Cent-less Spitefulness

| Sens, France | Right | July 3, 2017

(I get a student job in a store selling tools, decorating, and gardening materials as a cashier. This takes place on Saturday afternoon, the most crowded moment of the week for our store. I’m checking out a couple with their two children and three carts of purchases, filled with big cement bags, big buckets of paint, small ceramic tiles, wheelbarrow, and various items and electric tools of any size such as hammers, screwdrivers, or things of the sort. Store policy forces us to scan items one by one even if they are the same item, making us waste a lot of time when customers want to make big purchases. Six people are queuing behind them. I’m almost done scanning all of their items when this happens.)

Woman: “Wait.” *points at spray gun I just scanned*

Me: “Yes?”

Woman: “This got the wrong price.” *gestures at price shown on my register*

Me: “Oh, sorry, sometimes it happens. What price have you seen for this?”

Woman: *price a few cents cheaper*

Me: “Let me get my coworker.”

(Whether the customer is mistaken or not, when this happens we have to call a coworker working in the department involved to have them come to the registers, check the item, then check the price back in the alley. The phone is still ringing.)

Me: *holding phone on my ear* “I’m sorry, my coworker is currently busy with customers in his department. Can you please wait a few seconds while I check one or two of these customers out while I’m waiting for my coworker to get the phone?” *shows her the customers queuing behind her and her husband*

Woman: *firmly* “No.”

Me: “I’m sorry?”

Woman: *still firmly* “If I’m not being served, I block everything.”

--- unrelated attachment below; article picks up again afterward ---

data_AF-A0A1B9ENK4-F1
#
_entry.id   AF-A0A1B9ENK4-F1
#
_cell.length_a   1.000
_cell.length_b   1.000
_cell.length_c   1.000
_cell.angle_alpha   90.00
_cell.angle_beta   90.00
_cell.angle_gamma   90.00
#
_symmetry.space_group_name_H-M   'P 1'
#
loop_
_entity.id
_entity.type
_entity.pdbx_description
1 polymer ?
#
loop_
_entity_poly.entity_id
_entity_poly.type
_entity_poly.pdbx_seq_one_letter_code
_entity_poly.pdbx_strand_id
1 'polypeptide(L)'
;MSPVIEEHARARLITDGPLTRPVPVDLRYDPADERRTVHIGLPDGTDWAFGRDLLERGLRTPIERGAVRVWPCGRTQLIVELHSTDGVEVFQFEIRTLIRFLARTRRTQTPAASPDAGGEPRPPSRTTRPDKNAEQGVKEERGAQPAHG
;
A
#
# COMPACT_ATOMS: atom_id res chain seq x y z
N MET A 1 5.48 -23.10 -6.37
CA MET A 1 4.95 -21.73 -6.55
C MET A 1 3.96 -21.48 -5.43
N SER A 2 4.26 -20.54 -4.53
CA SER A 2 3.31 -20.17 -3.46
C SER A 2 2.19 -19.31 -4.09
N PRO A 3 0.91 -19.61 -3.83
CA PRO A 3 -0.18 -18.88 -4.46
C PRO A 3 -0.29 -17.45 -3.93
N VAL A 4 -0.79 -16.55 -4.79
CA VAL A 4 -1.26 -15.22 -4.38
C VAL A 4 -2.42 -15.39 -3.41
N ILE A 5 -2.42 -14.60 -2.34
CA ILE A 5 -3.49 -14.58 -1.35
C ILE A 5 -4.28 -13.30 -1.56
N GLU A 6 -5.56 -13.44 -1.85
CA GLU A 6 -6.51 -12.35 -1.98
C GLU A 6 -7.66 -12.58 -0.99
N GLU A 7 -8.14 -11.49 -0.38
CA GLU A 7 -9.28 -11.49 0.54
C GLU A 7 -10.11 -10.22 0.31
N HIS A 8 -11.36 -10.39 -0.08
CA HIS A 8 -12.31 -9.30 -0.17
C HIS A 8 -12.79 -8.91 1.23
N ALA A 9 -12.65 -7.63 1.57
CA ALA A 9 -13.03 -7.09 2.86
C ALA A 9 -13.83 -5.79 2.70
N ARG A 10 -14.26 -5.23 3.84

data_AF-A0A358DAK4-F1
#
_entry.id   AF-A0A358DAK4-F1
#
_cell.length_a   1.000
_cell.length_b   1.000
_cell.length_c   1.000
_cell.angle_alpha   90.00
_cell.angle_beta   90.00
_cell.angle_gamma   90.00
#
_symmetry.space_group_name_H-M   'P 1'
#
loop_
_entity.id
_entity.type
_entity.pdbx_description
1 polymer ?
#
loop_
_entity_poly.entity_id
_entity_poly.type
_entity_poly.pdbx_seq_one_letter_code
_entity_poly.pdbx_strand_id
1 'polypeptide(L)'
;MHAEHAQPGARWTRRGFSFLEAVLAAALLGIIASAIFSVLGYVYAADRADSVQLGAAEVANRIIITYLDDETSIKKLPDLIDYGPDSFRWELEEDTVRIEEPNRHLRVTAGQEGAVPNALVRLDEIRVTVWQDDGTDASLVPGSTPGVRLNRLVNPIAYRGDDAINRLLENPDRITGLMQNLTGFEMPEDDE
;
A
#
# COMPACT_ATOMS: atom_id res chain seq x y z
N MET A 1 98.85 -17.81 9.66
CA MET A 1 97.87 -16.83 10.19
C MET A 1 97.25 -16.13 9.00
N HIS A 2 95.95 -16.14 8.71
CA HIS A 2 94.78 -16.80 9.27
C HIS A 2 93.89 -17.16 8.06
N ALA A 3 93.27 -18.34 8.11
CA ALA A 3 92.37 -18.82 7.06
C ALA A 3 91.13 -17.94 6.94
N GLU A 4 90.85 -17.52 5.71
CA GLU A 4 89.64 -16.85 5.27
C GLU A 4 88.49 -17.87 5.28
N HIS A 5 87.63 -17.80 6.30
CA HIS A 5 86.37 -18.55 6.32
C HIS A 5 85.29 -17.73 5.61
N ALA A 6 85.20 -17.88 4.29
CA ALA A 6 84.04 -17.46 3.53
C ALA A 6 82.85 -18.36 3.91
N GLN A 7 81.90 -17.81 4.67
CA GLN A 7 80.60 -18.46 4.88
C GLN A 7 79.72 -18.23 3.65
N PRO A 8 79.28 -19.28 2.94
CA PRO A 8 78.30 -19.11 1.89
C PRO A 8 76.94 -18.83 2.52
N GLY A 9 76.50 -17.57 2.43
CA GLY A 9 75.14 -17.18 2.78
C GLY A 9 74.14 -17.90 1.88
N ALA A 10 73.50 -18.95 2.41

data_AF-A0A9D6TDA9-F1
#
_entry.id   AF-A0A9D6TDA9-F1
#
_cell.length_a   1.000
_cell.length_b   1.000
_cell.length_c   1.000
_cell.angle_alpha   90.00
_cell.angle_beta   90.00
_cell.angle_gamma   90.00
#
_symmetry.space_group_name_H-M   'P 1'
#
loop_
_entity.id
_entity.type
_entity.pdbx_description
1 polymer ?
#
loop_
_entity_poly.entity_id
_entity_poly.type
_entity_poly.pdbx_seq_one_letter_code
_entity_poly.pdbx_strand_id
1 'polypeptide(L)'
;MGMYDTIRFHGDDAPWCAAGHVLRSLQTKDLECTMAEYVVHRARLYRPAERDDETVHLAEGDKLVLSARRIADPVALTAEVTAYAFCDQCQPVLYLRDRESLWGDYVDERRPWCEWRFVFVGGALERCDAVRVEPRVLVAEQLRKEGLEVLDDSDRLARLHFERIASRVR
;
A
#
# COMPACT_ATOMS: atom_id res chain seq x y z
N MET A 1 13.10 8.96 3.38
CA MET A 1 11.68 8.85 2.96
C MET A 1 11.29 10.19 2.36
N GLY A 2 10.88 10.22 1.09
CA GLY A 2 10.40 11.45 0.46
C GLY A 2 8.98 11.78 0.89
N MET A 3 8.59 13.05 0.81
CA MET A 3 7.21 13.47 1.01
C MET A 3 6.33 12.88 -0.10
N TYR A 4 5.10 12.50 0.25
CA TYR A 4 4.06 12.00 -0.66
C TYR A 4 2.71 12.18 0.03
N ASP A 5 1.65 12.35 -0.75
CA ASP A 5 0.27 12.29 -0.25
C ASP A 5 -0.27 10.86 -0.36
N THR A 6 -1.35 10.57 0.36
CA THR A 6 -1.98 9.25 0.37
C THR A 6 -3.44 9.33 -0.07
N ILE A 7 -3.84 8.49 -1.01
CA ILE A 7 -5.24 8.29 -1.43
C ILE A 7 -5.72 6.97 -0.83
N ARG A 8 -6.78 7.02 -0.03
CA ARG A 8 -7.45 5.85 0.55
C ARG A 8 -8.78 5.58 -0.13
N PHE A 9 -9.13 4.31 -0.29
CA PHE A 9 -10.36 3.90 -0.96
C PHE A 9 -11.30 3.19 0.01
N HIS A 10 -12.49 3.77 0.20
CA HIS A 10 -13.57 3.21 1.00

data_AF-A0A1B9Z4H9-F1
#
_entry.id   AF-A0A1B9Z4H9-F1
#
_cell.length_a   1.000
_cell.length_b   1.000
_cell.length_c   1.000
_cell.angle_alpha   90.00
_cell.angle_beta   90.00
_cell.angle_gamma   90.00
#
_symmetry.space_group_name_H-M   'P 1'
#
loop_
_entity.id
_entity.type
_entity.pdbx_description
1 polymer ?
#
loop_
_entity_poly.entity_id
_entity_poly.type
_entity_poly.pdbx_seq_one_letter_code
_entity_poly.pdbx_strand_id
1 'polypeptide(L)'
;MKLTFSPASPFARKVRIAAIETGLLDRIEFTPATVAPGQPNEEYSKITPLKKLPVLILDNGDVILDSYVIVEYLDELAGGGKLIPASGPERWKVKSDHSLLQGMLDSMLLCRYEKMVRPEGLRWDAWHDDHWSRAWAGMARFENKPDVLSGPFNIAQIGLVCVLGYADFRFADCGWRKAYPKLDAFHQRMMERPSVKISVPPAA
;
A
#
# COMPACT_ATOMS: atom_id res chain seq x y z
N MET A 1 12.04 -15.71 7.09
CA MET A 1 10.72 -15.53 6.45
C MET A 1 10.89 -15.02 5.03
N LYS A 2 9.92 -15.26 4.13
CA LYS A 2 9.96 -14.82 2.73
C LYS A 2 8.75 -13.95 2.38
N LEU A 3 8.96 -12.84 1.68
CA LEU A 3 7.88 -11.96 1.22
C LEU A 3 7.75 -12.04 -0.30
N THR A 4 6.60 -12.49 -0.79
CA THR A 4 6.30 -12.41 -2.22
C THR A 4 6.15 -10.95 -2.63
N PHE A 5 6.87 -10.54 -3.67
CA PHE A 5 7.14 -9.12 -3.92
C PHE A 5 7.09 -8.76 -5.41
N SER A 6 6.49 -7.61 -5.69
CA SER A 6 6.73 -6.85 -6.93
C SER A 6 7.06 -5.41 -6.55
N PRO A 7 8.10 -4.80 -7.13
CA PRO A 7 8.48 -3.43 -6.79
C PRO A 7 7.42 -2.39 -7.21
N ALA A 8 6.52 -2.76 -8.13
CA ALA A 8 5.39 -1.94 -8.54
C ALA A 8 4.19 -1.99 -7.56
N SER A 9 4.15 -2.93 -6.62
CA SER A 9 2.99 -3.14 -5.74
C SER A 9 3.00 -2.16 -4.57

Me: “Er, okay.”

Woman: *to her husband* “Go check the price to tell him.”

Me: “I’m sorry, but it has to be my coworker, and he has to bring his manager’s code with it, or else my register won’t let me change the price.”

(Her husband ignores me and goes back. My coworker answers the phone.)

Coworker: “[Coworker] here.”

Me: “Sorry, it’s [My Name]. Can you check the price of [spray gun], [code]?”

Coworker: *checks code* “It’s [price the customer told me].”

Me: “Can you fill a discount ticket for me? My customer will need one.”

Coworker: “Sorry, but your customer will have to wait. I’m already busy cutting wires for customers and other customers are waiting for my help after them, and I’m alone in my department right now…”

Me: “Okay, no problem.” *hangs up*

Husband: *coming back* “It’s [cheaper price]!”

Me: “Sorry, madam, but my coworker will need a few minutes to give me the code to sell you this item for [correct price].”

Customer: “This is stupid. We just checked the price for you!”

Me: “I know, but I’m sorry. I really need my coworker and manager’s code so that the register allows me to change the price.”

Customer: “Okay, so I’m blocking everything.”

(She stands there, arms crossed, staring at me, her children remaining quiet. I look back at her for a few seconds.)

Me: *gesturing at other customers* “I’m really sorry, but can you—”

Customer: *firmly* “No.”

(She cuts me every time I try to tell her anything by saying “No.” At some point one of the queuing customers throws his items at her feet and pushes her.)

Queuing Customer: “Pissing everybody off just for a few cents? Seriously?”

(He then storms off. The customer finally agrees to step aside, letting me check other now impatient customers, my queue growing still longer. I see she is fuming but not daring to say anything anymore.)

Me: *to her* “If you want, I can tell you where my coworker is, so that you can wait for him to make your discount ticket. Then you won’t have to wait for him to come here once he’s done with his customers.”

Customer: “What’s his name?”

Me: “[Coworker]. He’s in [section of his department].”

(The customer went back into the store with her husband and children. I was busy checking out every other customer. The couple and children came back a few minutes later with their three carts, dumped them on the alley of my register, making all of their items in a mess on the ground, breaking some of the decoration tiles and opening some of the cement backs and paint buckets, and stormed off with their children and empty carts, without saying anything. I called my manager who sighed and brought back every item that wasn’t broken in the store, while having to throw away everything else. I have no idea what happened while they were gone, and my coworker told me nobody went to see him apart from the customers he was already helping.)

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